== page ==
The graph shows that the highest point of the curve is the point of optimum population where per capita income is at its highest. To the left of this point, the per capita income is reduced, implying that the country is under-populated as it can afford to increase population until it reaches the optimum level where resources are fully utilised. Therefore, if an increase in the size of the population is followed by an increase in per capita income, the country is under-populated. When the population is not large enough, there are not enough people to exploit all the resources of the country with maximum efficiency, causing there to be less output and per capita income. To the right of the optimal point, there is also a reduction in per capita income, demonstrating that an increase in population above the maximum point leads to a decline in returns. This is due to there being too many people to work efficiently and produce the maximum goods and the highest per capita income. This is the stage of over population.
The theory of optimum population can be explained by the law of diminishing returns which states that as we add more units of a variable input, labour, to fixed amounts of land and capital, there will initially be an increase in output, but this is then followed by a reduction in total output. Diminishing returns to labour occurs when marginal product of labour starts to decline. An increase in the size of the population will cause an increase in the size of the labour force so there will be a larger number of workers. This will increase the output in a country’s economy and will increase per capita income but only up to a certain point. After this maximum point is reached, things such as increasing difficulties in monitoring the large work force, more frequent breakdowns due to over-utilisation of capital, or inefficient workers as a result of overcrowding of work spaces begin to take their toll. The marginal returns to each consecutive addition of labour input gets increasingly smaller and eventually turns negative, resulting in lower per capita income in the economy. Therefore, at the stage of over-population, the output from each additional unit of labour will eventually diminish and the output per unit of labour (average product of labour) will also diminish.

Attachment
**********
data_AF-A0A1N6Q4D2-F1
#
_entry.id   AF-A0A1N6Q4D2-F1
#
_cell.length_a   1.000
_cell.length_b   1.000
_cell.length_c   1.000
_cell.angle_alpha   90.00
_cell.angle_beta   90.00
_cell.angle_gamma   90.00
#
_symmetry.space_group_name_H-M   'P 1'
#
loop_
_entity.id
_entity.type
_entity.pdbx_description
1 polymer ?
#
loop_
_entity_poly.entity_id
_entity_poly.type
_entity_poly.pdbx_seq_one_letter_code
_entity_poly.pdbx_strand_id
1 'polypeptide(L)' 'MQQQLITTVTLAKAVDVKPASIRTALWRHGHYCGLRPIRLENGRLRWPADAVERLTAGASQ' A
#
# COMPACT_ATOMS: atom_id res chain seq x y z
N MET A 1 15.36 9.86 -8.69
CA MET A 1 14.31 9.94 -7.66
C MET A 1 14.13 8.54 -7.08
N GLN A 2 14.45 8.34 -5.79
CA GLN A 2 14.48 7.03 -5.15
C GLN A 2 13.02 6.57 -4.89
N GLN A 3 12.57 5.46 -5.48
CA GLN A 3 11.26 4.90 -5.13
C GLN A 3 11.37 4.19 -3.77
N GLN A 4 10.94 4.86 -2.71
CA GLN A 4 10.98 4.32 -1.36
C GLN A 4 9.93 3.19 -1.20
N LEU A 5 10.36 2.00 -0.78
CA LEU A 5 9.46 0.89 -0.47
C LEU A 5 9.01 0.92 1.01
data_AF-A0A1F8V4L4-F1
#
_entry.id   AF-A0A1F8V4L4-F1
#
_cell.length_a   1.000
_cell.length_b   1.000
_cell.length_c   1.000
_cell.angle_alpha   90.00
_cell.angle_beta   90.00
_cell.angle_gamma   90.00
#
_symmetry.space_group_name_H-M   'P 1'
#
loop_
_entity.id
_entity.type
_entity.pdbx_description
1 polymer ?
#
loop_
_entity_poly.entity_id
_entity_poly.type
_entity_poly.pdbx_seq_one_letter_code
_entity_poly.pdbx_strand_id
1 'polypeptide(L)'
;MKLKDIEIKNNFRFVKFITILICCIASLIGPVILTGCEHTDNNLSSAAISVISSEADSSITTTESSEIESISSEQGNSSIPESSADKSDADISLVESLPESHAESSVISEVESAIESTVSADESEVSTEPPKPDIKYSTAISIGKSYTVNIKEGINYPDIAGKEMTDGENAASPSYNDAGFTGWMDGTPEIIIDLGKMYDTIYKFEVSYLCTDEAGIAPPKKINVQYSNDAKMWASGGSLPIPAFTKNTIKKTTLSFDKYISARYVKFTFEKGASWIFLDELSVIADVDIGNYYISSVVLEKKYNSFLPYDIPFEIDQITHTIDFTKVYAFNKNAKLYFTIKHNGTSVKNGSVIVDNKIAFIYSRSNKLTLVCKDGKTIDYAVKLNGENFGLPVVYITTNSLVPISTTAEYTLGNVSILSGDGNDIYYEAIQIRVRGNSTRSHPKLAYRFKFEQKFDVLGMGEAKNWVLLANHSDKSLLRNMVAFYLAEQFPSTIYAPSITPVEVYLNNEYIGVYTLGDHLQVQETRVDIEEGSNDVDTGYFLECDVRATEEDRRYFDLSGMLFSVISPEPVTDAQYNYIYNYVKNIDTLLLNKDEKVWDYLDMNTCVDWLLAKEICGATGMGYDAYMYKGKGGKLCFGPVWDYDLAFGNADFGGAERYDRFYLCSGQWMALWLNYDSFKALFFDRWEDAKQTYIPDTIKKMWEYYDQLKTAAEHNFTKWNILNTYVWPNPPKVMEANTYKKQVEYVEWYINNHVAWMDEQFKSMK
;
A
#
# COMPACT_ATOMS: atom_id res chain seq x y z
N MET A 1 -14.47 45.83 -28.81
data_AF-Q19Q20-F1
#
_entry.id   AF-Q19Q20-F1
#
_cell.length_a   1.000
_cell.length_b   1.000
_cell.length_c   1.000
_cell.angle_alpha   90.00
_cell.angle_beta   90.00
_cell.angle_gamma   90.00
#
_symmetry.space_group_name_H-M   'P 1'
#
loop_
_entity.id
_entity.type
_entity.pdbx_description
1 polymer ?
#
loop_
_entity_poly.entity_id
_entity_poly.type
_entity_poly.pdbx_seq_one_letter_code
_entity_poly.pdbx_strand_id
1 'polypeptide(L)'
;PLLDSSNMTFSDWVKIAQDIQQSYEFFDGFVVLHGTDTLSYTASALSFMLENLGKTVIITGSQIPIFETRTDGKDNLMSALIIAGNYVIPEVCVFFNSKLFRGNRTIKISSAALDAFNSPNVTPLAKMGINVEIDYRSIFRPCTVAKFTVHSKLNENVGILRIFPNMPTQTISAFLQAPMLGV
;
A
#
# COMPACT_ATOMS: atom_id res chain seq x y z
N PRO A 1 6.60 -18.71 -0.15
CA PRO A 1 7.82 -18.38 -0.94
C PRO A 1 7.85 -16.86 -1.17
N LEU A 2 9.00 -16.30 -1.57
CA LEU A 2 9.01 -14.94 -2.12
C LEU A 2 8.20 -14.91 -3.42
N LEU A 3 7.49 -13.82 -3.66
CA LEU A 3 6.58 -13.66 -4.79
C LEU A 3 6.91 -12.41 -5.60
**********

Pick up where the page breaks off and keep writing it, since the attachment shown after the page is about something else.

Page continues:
However, it is not possible to exactly determine and fix the optimum size of population because the point of optimum population is not a fixed, constant point. For example, if due to inventions in a country there are improvements in the methods and techniques of production used, the average product of labour might increase and increase the level of per capita income so that the optimum point rises. In addition, if the amount of capital or natural resources in an economy increases, this will also lead to the optimum point being higher than before.